Because of Christ, there is hope for me. There is hope for all of us, all who are fire-starters and fury makers. When I am prideful and humility is the farthest thing from me, I can look to Christ, my perfect example, and hope in His glorious Gospel.

Pointers, Shadows, Types: Journeying Through the OT w/Joseph

2016-03-29 20.33.28At the beginning of the year, I made it my mission to finally trek through the Old Testament as a whole. I’d started so many times before, only to start to fizzle at Leviticus, coast through Numbers, and finally crash and burn by Deuteronomy. Yes, I admit it! I had a hard time. I’d find myself eventually back in the New Testament, telling my husband that my brain needed a ‘break’ from the Old Testament. Lies! I’d never end up going back to the Old Testament and would camp out in my favorite, well known books of the New Testament.

However, because the Bible is one big picture of God’s plan from creation to redemption, everything fits together. It is all important. It all points to Jesus. Even the Old Testament? Especially the Old Testament! The Pentateuch (1st 5 books of the Bible) is replete with pointers to Jesus. Having this big picture mindset really made all the difference in my reading this time. I found myself excited to read each day, often running to find my husband to share with him the gems that I’d come across! He’d gotten me a journaling Bible for Christmas which is now filled with colorful writings in the margins now from my colored ink pens.

First, in Genesis 3:15, known as the protoevangelion, we see the promise of a Savior:
[15] I will put enmity between you and the woman, and between your offspring and her offspring; he shall bruise your head, and you shall bruise his heel.”
Genesis 3:15 ESV

Although, through Adam, sin had entered the world, there was a promise that one day, man’s enemy would be crushed by the offspring of man. That offspring would be Jesus (Gal. 3:13-18), and through His death on the cross, He defeated sin, death, and Satan. Praise Him!
2016-03-29 20.31.34
As we read through Genesis, starting with chapter 37, we learn about the life of Joseph. Joseph is a main character in Genesis & he is a type of Christ. One of the 12 sons of Jacob (Israel), he was hated by his brothers, sold into slavery by them (while they led their father to believe that he was ravaged by wild animals), falsely accused, thrown into prison, forgotten, & elevated to positions that only God could orchestrate. Once sold, he was made to be an overseer over the house of Potiphar, one of Pharaoh’s officers. Potiphar’s wife, attracted to Joseph, tried to get him to lie with her. Joseph told her no. One day, she attempted to lie with him again, grabbing him by the garment, and he fled, leaving behind that garment in her hand. She lied to her husband and accused Joseph of attempting to ‘come into her’, which led to his being thrown in prison & subsequently being made overseer of the prisoners. While in prison, he met Pharaoh’s cup-bearer and baker and rightly interpreted their dreams, being told by the cup-bearer that he’d remember him when restored to his position. Did he remember? Not at all. He forgot until some time later when Pharaoh himself began to have dreams. The cup-bearer remember Joseph and told Pharaoh about him. Joseph ended up rightly interpreting Pharaoh’s dreams and was then made an overseer by Pharaoh. The constant refrain that we see during these chapters in Genesis? The LORD was with Joseph. In spite of all of these trials, the LORD never left him. According to the interpretation of Pharaoh’s dreams, Egypt was about to experience a famine. Pharaoh had recognized that God was clearly with Joseph so he entrusted him to steward things rightly. And steward, he did. He stewarded the land and its crops well during the time of abundance so that there would be food during the time of famine.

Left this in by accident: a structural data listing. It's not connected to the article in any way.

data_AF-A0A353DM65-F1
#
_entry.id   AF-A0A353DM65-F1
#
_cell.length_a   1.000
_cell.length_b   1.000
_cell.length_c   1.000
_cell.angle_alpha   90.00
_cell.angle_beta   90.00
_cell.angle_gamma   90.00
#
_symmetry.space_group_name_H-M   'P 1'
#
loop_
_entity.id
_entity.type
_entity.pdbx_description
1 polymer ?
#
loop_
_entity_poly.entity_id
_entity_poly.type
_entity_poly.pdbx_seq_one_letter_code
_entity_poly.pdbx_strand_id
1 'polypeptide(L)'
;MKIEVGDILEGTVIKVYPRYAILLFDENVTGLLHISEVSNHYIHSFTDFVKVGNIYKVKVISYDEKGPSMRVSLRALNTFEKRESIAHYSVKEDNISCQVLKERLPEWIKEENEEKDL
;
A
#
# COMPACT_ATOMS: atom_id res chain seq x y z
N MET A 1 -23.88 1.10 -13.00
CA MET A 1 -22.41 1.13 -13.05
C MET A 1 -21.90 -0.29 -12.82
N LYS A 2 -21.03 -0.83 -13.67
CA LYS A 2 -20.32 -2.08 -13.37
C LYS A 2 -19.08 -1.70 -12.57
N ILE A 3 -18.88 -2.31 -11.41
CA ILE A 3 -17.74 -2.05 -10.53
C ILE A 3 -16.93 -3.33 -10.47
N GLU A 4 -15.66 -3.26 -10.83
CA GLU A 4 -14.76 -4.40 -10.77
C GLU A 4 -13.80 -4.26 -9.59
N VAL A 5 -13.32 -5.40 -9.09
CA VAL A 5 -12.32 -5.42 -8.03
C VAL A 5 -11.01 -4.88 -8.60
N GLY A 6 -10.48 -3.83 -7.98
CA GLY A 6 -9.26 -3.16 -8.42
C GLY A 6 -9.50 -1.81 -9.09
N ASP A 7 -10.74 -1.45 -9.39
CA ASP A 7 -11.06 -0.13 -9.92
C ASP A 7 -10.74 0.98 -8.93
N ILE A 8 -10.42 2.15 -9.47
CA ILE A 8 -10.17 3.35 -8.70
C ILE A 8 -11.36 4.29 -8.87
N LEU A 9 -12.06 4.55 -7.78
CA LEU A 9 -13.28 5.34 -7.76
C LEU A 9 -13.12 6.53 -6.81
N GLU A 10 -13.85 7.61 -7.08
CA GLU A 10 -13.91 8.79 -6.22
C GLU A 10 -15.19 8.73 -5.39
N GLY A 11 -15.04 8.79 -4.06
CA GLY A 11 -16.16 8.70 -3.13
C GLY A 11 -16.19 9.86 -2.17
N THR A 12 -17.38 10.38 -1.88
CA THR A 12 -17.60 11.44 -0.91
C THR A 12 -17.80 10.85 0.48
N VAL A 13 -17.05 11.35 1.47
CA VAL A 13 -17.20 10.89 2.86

Now, back home where his brothers and father were, they were affected by the famine so who did they have to see in order to get food? That’s right – Joseph. Once they got to Egypt to retrieve food, Joseph recognized them, but they did not recognize Joseph. Through a series of events that Joseph orchestrated, they came to find out that it was him.

[4] So Joseph said to his brothers, “Come near to me, please.” And they came near. And he said, “I am your brother, Joseph, whom you sold into Egypt. [5] And now do not be distressed or angry with yourselves because you sold me here, for God sent me before you to preserve life. [6] For the famine has been in the land these two years, and there are yet five years in which there will be neither plowing nor harvest. [7] And God sent me before you to preserve for you a remnant on earth, and to keep alive for you many survivors. [8] So it was not you who sent me here, but God. He has made me a father to Pharaoh, and lord of all his house and ruler over all the land of Egypt.
Genesis 45:4-8 ESV

He was reunited to his father, who eventually died. With their father dead, Joseph’s brothers feared that he would seek retribution, but he did not. He maintained the right perspective.

[15] When Joseph’s brothers saw that their father was dead, they said, “It may be that Joseph will hate us and pay us back for all the evil that we did to him.” [16] So they sent a message to Joseph, saying, “Your father gave this command before he died: [17] ‘Say to Joseph, “Please forgive the transgression of your brothers and their sin, because they did evil to you.”’ And now, please forgive the transgression of the servants of the God of your father.” Joseph wept when they spoke to him. [18] His brothers also came and fell down before him and said, “Behold, we are your servants.” [19] But Joseph said to them, “Do not fear, for am I in the place of God? [20] As for you, you meant evil against me, but God meant it for good, to bring it about that many people should be kept alive, as they are today. [21] So do not fear; I will provide for you and your little ones.” Thus he comforted them and spoke kindly to them.